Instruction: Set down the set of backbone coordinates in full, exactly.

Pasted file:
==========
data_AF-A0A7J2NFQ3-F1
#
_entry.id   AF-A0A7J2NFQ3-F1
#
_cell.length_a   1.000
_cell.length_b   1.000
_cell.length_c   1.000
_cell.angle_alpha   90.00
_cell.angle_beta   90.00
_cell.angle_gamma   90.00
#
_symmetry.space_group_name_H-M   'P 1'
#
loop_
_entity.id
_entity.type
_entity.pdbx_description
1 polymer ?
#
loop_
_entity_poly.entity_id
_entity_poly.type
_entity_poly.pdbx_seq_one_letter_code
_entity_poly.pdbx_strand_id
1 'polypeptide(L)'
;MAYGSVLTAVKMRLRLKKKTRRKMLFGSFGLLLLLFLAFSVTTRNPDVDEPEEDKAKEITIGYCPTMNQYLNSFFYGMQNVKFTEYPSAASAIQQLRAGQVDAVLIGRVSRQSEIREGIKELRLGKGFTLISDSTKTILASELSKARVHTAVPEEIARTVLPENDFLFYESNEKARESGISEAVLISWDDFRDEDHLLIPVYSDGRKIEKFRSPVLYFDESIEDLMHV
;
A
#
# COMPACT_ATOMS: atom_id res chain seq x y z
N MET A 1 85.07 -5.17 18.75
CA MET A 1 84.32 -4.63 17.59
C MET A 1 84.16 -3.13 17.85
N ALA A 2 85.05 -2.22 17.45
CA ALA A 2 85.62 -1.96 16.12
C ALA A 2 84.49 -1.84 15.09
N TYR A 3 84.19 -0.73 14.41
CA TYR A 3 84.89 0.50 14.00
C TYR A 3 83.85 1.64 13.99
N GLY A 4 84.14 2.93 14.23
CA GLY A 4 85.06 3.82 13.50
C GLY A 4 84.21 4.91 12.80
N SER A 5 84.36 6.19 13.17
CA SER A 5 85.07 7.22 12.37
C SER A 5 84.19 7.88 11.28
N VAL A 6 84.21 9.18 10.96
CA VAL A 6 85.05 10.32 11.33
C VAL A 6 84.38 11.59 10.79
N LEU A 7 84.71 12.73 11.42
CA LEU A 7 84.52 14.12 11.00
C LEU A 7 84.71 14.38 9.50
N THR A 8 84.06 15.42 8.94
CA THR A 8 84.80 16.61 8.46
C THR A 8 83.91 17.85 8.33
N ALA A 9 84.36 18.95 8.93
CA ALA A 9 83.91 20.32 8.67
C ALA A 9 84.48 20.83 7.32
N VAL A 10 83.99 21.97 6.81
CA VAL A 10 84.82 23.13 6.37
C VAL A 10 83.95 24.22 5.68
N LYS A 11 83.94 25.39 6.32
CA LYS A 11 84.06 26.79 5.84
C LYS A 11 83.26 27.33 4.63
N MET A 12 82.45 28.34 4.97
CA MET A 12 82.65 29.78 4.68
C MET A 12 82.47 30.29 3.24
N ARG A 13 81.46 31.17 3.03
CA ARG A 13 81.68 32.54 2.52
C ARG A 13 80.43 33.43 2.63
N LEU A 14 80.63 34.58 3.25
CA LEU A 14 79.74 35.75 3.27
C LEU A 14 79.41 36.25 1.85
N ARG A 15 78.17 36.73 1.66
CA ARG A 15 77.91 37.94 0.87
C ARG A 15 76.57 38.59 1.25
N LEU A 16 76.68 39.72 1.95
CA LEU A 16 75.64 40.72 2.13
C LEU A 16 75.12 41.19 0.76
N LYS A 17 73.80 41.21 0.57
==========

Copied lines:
data_AF-A0A7J2NFQ3-F1
#
_entry.id   AF-A0A7J2NFQ3-F1
#
_cell.length_a   1.000
_cell.length_b   1.000
_cell.length_c   1.000
_cell.angle_alpha   90.00
_cell.angle_beta   90.00
_cell.angle_gamma   90.00
#
_symmetry.space_group_name_H-M   'P 1'
#
loop_
_entity.id
_entity.type
_entity.pdbx_description
1 polymer ?
#
loop_
_entity_poly.entity_id
_entity_poly.type
_entity_poly.pdbx_seq_one_letter_code
_entity_poly.pdbx_strand_id
1 'polypeptide(L)'
;MAYGSVLTAVKMRLRLKKKTRRKMLFGSFGLLLLLFLAFSVTTRNPDVDEPEEDKAKEITIGYCPTMNQYLNSFFYGMQNVKFTEYPSAASAIQQLRAGQVDAVLIGRVSRQSEIREGIKELRLGKGFTLISDSTKTILASELSKARVHTAVPEEIARTVLPENDFLFYESNEKARESGISEAVLISWDDFRDEDHLLIPVYSDGRKIEKFRSPVLYFDESIEDLMHV
;
A
#
# COMPACT_ATOMS: atom_id res chain seq x y z
N MET A 1 85.07 -5.17 18.75
CA MET A 1 84.32 -4.63 17.59
C MET A 1 84.16 -3.13 17.85
N ALA A 2 85.05 -2.22 17.45
CA ALA A 2 85.62 -1.96 16.12
C ALA A 2 84.49 -1.84 15.09
N TYR A 3 84.19 -0.73 14.41
CA TYR A 3 84.89 0.50 14.00
C TYR A 3 83.85 1.64 13.99
N GLY A 4 84.14 2.93 14.23
CA GLY A 4 85.06 3.82 13.50
C GLY A 4 84.21 4.91 12.80
N SER A 5 84.36 6.19 13.17
CA SER A 5 85.07 7.22 12.37
C SER A 5 84.19 7.88 11.28
N VAL A 6 84.21 9.18 10.96
CA VAL A 6 85.05 10.32 11.33
C VAL A 6 84.38 11.59 10.79
N LEU A 7 84.71 12.73 11.42
CA LEU A 7 84.52 14.12 11.00
C LEU A 7 84.71 14.38 9.50
N THR A 8 84.06 15.42 8.94
CA THR A 8 84.80 16.61 8.46
C THR A 8 83.91 17.85 8.33
N ALA A 9 84.36 18.95 8.93
CA ALA A 9 83.91 20.32 8.67
C ALA A 9 84.48 20.83 7.32
N VAL A 10 83.99 21.97 6.81
CA VAL A 10 84.82 23.13 6.37
C VAL A 10 83.95 24.22 5.68
N LYS A 11 83.94 25.39 6.32
CA LYS A 11 84.06 26.79 5.84
C LYS A 11 83.26 27.33 4.63
N MET A 12 82.45 28.34 4.97
CA MET A 12 82.65 29.78 4.68
C MET A 12 82.47 30.29 3.24
N ARG A 13 81.46 31.17 3.03
CA ARG A 13 81.68 32.54 2.52
C ARG A 13 80.43 33.43 2.63
N LEU A 14 80.63 34.58 3.25
CA LEU A 14 79.74 35.75 3.27
C LEU A 14 79.41 36.25 1.85
N ARG A 15 78.17 36.73 1.66
CA ARG A 15 77.91 37.94 0.87
C ARG A 15 76.57 38.59 1.25
N LEU A 16 76.68 39.72 1.95
CA LEU A 16 75.64 40.72 2.13
C LEU A 16 75.12 41.19 0.76
N LYS A 17 73.80 41.21 0.57